It was 26 December 2003 when my journey with Cecil Aronowitz’s viola began. My dear friend Michael Freyhan met me at Euston Station (en route to one of the infamous Pro Corda Courses in Suffolk!) and we drove to an address in North West London to fetch this special instrument. It was either incredibly good or bad luck that I had just bought a viola made especially for me by the then Newark based luthier Glen Collins two days previously. I had saved prudently for several years in order to buy Glen’s viola and the completely unexpected appearance of Cecil’s instrument presented a wonderful yet slightly frightening prospect….
It was Christmas Day 2003 and as was customary I called Eric Rycroft (one of my beloved viola professors from South Africa who had owned and played on Cecil’s viola since 1983) in Cape Town. It had been a very tough year as his sister Anne Rycroft (also a violist and member of the London Philharmonic Orchestra) had died in November 2003, and it was Anne who had been playing on the viola since the late 1990s.
Suddenly I was having a lifetime of Christmases all wrapped up into one. Not one, but two incredible violas! It took quite some time to tame Cecil’s viola which is made of spirited and rather highly-strung stuff. But, when he is in a good mood (and more importantly, when I am on form) there is no one quite like him. We have been together for seventeen years now! Sadly, Eric Rycroft passed away in Pretoria, South Africa in August 2020.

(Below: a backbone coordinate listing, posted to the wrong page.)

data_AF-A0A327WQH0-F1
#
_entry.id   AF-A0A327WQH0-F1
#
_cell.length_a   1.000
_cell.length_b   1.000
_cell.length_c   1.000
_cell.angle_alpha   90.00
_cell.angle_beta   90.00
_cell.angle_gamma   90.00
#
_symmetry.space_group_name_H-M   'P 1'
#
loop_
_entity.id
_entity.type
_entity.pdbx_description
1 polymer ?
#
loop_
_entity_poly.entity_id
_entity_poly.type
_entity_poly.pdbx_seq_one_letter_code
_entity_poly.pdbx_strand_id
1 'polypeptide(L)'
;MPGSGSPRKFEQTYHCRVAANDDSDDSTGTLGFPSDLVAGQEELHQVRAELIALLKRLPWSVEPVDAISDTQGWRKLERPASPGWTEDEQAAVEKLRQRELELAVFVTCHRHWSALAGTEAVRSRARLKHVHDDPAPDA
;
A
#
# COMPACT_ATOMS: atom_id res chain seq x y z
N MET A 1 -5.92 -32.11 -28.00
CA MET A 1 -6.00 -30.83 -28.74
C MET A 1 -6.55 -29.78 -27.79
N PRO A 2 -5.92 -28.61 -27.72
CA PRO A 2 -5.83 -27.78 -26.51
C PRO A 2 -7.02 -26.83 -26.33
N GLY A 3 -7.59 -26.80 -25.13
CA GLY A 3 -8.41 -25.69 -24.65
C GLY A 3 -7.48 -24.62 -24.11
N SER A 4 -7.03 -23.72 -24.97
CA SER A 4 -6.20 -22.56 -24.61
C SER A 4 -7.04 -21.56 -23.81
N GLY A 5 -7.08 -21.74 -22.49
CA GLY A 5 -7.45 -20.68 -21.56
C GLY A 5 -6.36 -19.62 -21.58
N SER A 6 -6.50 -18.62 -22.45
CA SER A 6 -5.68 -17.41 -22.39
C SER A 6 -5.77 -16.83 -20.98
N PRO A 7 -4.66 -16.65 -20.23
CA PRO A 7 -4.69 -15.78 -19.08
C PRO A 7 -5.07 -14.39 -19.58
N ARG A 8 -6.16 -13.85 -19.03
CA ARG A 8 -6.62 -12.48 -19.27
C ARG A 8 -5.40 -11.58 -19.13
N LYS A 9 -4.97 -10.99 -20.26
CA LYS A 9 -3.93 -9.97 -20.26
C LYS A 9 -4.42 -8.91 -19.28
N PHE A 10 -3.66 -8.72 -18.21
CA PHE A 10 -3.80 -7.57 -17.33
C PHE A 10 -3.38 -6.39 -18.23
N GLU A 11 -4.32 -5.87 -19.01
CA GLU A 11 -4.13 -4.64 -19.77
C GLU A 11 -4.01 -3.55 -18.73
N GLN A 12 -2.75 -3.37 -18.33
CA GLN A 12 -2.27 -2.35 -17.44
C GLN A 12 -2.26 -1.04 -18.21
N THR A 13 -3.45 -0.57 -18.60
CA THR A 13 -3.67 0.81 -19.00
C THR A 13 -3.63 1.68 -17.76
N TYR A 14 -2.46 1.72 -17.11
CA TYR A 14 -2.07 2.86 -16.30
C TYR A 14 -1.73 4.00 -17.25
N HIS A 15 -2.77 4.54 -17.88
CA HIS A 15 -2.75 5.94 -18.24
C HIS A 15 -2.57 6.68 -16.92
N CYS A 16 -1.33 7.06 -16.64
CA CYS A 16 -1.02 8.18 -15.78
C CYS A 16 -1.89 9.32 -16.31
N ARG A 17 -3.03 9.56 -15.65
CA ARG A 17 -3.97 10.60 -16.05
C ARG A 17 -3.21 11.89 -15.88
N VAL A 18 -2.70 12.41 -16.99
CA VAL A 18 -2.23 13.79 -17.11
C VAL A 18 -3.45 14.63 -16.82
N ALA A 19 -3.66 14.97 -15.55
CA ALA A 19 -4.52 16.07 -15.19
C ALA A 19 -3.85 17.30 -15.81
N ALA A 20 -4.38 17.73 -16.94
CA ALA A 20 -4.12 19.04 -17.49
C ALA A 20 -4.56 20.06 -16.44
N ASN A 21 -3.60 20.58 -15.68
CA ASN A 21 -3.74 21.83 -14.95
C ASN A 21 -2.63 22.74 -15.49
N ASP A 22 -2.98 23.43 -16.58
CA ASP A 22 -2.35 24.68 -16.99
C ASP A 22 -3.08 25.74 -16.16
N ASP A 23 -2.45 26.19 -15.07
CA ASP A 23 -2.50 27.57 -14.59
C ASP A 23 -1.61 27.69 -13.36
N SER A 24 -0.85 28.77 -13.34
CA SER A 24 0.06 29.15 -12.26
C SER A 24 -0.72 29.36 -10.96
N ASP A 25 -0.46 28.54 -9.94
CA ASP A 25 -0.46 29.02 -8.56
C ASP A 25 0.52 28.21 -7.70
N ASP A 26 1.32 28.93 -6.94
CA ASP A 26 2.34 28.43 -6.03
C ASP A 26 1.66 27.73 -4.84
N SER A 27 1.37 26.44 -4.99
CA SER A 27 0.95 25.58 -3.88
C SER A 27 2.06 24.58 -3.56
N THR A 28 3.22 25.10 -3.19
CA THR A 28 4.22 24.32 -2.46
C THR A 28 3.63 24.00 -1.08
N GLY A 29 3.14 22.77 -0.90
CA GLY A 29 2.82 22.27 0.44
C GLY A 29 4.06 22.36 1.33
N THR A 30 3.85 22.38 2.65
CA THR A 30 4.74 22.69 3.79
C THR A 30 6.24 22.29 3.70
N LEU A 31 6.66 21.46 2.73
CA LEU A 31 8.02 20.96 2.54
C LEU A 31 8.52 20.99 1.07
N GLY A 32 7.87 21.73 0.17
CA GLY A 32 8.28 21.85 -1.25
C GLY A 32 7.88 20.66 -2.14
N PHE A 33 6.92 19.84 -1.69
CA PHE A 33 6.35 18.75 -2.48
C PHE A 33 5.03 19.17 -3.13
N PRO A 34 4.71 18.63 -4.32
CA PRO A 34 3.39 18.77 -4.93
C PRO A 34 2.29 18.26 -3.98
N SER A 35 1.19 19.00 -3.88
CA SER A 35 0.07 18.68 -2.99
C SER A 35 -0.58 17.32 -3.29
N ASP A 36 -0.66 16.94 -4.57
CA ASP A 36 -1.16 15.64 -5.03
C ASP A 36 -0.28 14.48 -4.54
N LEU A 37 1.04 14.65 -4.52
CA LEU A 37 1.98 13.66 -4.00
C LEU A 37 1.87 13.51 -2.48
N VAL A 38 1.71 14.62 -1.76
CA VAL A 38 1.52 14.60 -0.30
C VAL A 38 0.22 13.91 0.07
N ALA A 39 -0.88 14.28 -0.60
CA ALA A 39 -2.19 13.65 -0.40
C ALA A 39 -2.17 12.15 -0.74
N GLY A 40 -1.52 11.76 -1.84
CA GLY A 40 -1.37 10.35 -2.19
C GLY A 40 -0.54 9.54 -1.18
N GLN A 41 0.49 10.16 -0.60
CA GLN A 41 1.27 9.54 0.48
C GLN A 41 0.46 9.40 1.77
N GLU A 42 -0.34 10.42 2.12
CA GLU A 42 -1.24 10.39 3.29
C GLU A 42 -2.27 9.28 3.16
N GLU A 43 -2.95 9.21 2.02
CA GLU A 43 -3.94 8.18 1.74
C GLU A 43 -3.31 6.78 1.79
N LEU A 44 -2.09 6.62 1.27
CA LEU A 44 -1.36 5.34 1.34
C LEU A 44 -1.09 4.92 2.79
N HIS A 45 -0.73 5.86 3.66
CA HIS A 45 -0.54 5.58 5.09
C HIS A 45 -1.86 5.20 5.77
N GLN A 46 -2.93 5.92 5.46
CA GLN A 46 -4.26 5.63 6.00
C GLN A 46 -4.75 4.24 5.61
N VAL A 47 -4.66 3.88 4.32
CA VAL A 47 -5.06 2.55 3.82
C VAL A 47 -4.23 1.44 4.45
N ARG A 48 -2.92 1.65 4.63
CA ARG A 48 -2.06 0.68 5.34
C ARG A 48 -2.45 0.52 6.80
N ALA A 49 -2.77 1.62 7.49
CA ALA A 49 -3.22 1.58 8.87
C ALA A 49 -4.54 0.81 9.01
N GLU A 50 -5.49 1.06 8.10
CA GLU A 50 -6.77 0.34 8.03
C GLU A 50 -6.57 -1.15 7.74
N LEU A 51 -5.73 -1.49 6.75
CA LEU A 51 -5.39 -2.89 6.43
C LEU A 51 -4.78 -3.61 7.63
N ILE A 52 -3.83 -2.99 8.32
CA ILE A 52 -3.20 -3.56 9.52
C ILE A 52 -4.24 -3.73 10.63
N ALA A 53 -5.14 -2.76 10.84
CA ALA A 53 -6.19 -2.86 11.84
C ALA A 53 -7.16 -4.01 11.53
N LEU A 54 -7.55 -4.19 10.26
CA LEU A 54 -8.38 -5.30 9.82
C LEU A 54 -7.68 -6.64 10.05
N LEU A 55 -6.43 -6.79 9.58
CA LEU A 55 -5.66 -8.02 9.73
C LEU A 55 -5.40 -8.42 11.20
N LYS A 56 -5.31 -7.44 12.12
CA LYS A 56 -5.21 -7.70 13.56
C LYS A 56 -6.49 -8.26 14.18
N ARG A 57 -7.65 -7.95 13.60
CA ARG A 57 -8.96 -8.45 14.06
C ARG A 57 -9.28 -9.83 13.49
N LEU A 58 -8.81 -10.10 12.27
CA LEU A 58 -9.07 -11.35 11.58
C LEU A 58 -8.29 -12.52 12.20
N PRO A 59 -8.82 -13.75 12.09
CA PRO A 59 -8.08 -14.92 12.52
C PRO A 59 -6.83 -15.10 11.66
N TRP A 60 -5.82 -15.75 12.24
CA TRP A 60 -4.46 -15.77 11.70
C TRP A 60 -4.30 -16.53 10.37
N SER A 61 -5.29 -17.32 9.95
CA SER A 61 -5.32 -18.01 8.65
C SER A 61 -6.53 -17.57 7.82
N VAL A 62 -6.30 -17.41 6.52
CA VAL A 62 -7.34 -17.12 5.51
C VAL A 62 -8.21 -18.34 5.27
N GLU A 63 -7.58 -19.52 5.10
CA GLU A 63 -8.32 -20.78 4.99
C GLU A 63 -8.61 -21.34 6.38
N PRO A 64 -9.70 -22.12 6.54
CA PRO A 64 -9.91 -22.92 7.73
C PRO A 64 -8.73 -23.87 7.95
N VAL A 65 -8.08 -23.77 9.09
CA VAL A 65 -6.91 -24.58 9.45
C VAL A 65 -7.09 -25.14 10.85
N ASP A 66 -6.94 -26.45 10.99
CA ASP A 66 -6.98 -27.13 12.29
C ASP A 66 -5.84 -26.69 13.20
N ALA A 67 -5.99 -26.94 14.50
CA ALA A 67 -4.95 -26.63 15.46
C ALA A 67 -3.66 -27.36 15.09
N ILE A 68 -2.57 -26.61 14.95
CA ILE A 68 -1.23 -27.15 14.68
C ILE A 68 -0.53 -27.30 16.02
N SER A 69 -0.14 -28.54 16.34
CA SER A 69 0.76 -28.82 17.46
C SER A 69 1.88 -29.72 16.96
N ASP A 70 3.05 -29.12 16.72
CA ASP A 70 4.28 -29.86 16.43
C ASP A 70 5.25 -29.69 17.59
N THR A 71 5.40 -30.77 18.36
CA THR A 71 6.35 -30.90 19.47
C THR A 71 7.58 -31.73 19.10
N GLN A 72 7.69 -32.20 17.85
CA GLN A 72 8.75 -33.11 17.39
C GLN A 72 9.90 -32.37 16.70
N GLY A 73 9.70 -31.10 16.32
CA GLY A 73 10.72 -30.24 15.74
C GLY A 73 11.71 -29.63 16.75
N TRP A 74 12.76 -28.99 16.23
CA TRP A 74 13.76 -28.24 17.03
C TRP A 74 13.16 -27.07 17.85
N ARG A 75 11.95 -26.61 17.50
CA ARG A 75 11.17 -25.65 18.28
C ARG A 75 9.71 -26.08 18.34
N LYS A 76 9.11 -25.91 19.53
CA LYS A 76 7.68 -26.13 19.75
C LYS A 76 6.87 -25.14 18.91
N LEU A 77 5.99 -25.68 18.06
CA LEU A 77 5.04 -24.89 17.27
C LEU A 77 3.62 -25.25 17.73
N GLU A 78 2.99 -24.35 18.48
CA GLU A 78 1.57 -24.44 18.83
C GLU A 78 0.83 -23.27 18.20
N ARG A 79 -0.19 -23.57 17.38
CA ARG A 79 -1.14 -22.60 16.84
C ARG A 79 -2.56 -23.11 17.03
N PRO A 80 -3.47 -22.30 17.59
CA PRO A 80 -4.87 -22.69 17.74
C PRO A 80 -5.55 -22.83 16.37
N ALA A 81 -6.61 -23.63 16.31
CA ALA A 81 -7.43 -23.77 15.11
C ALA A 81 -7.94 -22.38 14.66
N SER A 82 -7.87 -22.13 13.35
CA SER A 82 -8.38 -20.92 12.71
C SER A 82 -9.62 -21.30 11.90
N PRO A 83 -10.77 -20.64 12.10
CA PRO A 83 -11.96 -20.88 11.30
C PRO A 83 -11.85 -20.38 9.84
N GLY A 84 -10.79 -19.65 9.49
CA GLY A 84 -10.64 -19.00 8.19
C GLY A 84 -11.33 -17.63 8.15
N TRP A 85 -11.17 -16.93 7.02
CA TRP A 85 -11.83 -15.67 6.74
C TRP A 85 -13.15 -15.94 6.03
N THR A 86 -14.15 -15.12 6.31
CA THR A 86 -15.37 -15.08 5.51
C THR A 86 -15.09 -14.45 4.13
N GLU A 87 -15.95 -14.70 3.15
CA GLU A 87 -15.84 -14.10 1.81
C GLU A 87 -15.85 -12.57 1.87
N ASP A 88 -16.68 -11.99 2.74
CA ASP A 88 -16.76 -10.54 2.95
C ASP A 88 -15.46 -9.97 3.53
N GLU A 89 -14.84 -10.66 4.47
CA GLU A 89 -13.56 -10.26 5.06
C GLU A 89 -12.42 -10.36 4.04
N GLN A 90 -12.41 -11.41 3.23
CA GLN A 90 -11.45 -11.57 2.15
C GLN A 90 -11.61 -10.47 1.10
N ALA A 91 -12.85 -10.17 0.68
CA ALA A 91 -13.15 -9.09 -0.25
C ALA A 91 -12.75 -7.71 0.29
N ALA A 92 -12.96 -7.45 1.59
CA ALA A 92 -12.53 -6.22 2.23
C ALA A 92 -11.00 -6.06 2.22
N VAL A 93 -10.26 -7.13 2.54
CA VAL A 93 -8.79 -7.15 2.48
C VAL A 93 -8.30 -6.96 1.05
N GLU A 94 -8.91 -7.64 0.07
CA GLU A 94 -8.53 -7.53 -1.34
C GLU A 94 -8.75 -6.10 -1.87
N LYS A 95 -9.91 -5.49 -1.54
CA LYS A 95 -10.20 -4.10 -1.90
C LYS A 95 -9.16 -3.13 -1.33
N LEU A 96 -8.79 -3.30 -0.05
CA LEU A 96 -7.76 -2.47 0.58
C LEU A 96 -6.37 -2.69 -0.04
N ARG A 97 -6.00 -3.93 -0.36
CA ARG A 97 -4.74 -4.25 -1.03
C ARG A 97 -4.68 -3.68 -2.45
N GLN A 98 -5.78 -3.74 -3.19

The inaugural Cecil Aronowitz International Competition and Festival took place in October 2014, the second in November 2017 and the third is planned for 14-20 November 2020 at Royal Birmingham Conservatoire. The 2014 Cecil Aronowitz International Viola Competition was won by 19-year-old Timothy Ridout, whilst a student at London’s Royal Academy of Music.
The 2017 Cecil Aronowitz International Viola Competition was won by 18 year old Emma Wernig, from the United States.
The 2020 Cecil Aronowitz International Viola Competition was postponed twice due to the COVID-19 pandemic, and finally took place from 6-12 November 2021 at the Royal Birmingham Conservatoire. The 2021 competition was won by 22-year old British violist Edgar Francis.
This competition week was also going to be host to two extensive live festivals, one a schools tour with a production of Romeo and Juliet, and the other a tour with Timothy Ridout performing and visiting significant viola composers and players birthplaces and towns around England. Instead, Romeo and Juliet, recorded and created during lockdown with musicians and actors recording in isolation. Additionally, the "teaser" video for Cinderella No More: The English Viola Legacy, a six-episode documentary on the history of the viola in England, recorded with Timothy Ridout and James Baillieu in Benjamin Britten's Library at The Red House, Aldeburgh in late 2020. Both productions will be available and free to all.
My philosophy in life: anything is possible if you want it badly enough and no amount of work or effort is too much if something is worth it. I believe entirely in Carpe Diem – for better or worse. Taught to me by many, but in particular my teachers back in South Africa. Jack de Wet and Eric Rycroft come to mind – thank you a billion times over. This competition is an investment in future generations of young violists and a dedication to a great musician and human being – Cecil Aronowitz.